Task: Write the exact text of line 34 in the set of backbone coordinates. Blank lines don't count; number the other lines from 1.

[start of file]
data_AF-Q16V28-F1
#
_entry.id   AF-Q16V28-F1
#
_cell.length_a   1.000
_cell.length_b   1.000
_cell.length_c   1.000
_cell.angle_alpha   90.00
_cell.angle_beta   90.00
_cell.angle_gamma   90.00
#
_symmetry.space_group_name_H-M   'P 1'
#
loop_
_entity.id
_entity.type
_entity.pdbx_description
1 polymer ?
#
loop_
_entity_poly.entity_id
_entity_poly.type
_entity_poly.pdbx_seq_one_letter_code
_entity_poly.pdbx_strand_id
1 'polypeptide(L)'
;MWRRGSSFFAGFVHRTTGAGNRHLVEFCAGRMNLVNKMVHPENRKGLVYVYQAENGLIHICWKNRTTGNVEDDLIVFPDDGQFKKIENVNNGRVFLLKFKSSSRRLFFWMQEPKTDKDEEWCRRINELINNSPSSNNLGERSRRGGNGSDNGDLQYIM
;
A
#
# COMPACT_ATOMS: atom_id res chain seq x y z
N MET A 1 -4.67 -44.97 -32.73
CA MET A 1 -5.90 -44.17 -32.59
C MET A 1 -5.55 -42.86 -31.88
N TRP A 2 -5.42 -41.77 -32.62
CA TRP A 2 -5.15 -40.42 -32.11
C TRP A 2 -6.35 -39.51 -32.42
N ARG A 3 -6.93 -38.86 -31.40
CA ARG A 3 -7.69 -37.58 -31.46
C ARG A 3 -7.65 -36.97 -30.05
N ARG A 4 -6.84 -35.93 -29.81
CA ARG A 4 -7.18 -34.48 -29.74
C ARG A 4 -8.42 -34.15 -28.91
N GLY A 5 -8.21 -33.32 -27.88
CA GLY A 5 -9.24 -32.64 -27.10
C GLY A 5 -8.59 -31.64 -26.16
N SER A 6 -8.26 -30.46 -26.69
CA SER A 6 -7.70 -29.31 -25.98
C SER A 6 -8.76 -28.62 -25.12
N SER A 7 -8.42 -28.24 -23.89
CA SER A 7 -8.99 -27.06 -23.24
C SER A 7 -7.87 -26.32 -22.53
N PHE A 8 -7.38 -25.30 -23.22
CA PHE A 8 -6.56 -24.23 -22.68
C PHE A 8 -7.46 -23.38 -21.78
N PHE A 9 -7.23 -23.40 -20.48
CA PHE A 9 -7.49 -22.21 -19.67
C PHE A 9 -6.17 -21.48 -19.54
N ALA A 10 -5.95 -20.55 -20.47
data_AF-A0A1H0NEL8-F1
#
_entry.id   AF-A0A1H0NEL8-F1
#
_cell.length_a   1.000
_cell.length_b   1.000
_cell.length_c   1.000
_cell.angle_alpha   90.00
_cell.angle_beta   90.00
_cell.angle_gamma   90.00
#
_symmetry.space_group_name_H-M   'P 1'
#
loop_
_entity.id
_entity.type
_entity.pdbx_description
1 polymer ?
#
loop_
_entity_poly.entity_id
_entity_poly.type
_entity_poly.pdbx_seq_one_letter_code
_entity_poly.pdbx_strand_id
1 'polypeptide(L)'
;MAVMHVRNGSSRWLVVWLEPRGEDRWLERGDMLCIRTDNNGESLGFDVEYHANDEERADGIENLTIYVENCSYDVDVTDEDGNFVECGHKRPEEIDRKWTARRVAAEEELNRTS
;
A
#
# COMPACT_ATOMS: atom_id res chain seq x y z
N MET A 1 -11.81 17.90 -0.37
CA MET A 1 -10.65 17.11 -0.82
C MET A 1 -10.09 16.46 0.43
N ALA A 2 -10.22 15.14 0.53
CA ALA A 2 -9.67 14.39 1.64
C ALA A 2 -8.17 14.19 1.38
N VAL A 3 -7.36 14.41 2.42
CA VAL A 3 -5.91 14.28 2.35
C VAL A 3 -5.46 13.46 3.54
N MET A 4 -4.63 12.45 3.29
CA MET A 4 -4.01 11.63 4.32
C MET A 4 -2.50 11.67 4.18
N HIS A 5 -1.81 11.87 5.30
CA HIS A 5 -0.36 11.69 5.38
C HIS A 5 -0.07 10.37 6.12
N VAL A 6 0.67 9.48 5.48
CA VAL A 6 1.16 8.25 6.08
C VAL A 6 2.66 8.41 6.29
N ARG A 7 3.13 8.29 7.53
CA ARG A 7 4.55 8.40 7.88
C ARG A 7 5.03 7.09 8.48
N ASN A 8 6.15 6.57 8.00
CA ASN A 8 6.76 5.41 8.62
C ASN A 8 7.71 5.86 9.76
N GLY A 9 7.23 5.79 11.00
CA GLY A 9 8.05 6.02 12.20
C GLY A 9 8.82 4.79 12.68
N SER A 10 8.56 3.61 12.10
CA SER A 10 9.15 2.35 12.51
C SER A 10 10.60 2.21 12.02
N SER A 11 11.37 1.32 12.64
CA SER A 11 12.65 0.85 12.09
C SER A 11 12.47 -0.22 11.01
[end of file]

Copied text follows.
N TRP A 2 -5.42 -41.77 -32.62